Picture Recitation and Its Indian Genesis
by Victor H. Mair
In this extraordinary work of scholarship, Victor Mair traces the global development over a thousand years of a genre of popular Buddhist folk literature from China known as pien-wen, pointing out its origins in India as a form of oral storytelling using painting as an aid, and showing how that form has influenced performance and literary traditions in India, Indonesia, Japan, Central Asia, the Near East, Italy, France and Germany.
Pien-wen, which date from the T'ang period (618–906), are extremely important in the history of Chinese literature because they were the first extended vernacular narratives there. Since they were discovered in Tun-Huang in the early 1900s, they have been the subject of controversy. Examination of contemporary historical writings suggest that they derived from a type of storytelling with pictures. In searching for the origins of the oral antecedents of pien-wen, Mair discovered numerous parallel traditions in other countries that were much better documented. His research has important implications for students and scholars of literature, folklore, painting, religion, history, art, and theater and the performing arts, not to mention Chinese popular culture and Indian civilization.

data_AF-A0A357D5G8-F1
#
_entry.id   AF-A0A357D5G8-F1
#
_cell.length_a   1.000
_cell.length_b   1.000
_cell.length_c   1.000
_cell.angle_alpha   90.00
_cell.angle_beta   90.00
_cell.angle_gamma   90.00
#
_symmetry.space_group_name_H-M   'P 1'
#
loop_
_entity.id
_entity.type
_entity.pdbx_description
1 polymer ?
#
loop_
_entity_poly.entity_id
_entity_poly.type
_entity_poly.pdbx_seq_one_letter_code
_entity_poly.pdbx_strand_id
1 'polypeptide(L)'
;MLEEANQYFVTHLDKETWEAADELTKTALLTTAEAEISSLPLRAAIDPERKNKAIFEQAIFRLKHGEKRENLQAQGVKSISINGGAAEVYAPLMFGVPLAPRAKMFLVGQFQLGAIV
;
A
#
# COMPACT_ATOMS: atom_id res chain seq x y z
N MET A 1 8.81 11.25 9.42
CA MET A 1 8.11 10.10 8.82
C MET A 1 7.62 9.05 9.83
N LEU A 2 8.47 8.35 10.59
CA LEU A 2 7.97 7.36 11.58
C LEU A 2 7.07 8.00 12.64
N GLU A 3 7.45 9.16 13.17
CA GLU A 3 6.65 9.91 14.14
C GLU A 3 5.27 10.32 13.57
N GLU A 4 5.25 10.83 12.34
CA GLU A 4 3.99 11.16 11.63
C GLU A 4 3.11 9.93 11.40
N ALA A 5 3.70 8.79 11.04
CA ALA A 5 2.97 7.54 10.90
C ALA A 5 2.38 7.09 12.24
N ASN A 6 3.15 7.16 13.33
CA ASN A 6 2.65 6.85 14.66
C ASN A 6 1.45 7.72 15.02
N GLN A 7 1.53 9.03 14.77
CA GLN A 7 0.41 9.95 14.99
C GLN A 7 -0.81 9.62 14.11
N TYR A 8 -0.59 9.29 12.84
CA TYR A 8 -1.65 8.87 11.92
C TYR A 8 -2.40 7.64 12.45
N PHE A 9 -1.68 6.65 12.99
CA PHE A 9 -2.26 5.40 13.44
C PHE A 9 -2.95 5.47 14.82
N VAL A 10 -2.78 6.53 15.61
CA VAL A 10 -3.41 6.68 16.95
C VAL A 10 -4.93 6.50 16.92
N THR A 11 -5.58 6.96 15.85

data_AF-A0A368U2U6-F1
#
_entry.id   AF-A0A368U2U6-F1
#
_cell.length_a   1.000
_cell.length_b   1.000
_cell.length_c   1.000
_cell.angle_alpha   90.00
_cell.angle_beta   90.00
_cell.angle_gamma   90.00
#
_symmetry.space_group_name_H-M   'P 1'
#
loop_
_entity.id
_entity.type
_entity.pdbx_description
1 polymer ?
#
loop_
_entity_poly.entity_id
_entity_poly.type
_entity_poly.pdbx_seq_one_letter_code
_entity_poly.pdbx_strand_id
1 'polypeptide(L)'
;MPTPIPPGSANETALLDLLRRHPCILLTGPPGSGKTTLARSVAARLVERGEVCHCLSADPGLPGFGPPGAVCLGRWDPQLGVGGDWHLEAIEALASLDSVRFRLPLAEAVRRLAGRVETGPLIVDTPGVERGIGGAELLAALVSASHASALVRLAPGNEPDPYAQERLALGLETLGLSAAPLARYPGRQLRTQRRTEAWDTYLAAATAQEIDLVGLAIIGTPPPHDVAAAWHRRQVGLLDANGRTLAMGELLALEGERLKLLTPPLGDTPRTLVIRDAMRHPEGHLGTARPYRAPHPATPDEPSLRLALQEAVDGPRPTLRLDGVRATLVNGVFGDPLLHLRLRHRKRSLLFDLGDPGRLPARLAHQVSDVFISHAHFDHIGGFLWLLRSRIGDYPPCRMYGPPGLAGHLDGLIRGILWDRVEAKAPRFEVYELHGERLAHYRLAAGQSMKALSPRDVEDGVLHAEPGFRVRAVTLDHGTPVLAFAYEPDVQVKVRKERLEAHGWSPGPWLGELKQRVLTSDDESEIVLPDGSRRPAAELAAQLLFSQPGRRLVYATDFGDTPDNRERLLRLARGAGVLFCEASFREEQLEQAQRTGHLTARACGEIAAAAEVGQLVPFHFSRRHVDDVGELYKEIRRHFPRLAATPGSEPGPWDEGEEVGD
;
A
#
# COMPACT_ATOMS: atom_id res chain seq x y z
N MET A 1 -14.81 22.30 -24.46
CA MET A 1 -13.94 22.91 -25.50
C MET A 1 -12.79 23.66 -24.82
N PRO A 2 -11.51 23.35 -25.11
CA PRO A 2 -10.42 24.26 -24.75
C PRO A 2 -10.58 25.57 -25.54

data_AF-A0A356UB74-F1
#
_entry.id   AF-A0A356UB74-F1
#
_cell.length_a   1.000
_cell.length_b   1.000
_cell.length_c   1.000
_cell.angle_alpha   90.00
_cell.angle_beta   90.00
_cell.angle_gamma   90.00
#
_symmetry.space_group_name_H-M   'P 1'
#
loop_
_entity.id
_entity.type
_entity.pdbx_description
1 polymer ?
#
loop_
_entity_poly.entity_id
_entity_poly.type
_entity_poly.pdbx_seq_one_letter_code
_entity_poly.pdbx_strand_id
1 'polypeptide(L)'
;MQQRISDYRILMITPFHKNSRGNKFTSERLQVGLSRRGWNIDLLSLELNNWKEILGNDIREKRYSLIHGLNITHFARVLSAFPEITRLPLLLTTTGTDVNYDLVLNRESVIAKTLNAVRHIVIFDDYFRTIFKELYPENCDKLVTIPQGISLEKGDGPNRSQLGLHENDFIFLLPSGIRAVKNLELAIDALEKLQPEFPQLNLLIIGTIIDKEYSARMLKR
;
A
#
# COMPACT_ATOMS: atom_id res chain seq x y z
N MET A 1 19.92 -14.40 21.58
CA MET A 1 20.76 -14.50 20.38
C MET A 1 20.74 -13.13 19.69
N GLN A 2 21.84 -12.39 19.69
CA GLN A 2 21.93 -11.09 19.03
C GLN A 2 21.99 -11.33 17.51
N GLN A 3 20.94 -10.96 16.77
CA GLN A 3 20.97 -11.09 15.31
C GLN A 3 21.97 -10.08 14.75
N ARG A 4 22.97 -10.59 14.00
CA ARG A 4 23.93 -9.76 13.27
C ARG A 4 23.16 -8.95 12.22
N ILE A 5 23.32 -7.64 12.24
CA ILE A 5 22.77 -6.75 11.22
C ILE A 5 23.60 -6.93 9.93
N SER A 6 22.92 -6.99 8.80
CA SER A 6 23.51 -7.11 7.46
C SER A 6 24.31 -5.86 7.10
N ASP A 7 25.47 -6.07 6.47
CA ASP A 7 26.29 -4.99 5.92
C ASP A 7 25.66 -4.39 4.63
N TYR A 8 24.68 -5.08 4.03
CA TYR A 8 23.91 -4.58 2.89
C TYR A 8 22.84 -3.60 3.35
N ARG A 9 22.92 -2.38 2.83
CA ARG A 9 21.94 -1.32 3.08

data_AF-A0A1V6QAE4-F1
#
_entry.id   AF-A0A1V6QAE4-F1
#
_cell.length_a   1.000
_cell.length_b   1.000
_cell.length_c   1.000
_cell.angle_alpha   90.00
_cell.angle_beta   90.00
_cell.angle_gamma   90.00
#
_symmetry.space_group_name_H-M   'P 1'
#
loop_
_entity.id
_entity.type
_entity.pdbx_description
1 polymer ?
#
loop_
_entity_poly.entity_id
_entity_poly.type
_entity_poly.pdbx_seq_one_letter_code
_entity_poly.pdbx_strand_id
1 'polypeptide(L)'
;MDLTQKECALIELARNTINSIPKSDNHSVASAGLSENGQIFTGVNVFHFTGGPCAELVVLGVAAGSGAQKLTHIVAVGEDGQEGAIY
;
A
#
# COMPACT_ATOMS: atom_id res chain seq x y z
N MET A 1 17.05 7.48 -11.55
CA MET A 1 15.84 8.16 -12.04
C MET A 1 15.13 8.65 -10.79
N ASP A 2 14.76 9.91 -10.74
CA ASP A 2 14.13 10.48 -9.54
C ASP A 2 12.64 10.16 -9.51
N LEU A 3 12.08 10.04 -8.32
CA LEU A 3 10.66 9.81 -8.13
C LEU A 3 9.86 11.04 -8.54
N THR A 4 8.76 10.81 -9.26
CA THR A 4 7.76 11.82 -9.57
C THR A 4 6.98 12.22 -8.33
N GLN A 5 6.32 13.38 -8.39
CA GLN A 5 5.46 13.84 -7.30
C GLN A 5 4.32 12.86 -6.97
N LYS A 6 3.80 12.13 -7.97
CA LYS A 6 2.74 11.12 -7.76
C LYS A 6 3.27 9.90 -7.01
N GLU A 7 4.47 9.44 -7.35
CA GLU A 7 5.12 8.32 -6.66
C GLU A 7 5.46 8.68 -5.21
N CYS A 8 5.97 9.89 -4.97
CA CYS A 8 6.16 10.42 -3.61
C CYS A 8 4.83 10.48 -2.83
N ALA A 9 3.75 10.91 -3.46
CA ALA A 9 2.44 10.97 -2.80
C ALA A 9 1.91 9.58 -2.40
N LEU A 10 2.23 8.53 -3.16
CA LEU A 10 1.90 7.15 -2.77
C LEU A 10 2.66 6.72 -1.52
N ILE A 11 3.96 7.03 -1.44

"This is one of the most important works of Asian cultural history produced in our century. Encyclopedic in its presentation of evidence, open-minded to the breadth of hermeneutic possibility, it is a monumental work of scholarship. It will remain a major reference work for a long time to come..." —Barbara Ruch, Columbia University
Victor H. Mair is Professor of Chinese Language and Literature at the University of Pennsylvania. He previously taught at Harvard University, where he received his Ph.D in 1976. He also holds degrees from Dartmouth College and the School of Oriental and African Studies at the University of London.
304 pp, 6.25 x 9.5, Soft
8 pp color illus, 100 b&w illustrations
Maps, notes, bibliography, index
Literature / Chinese literature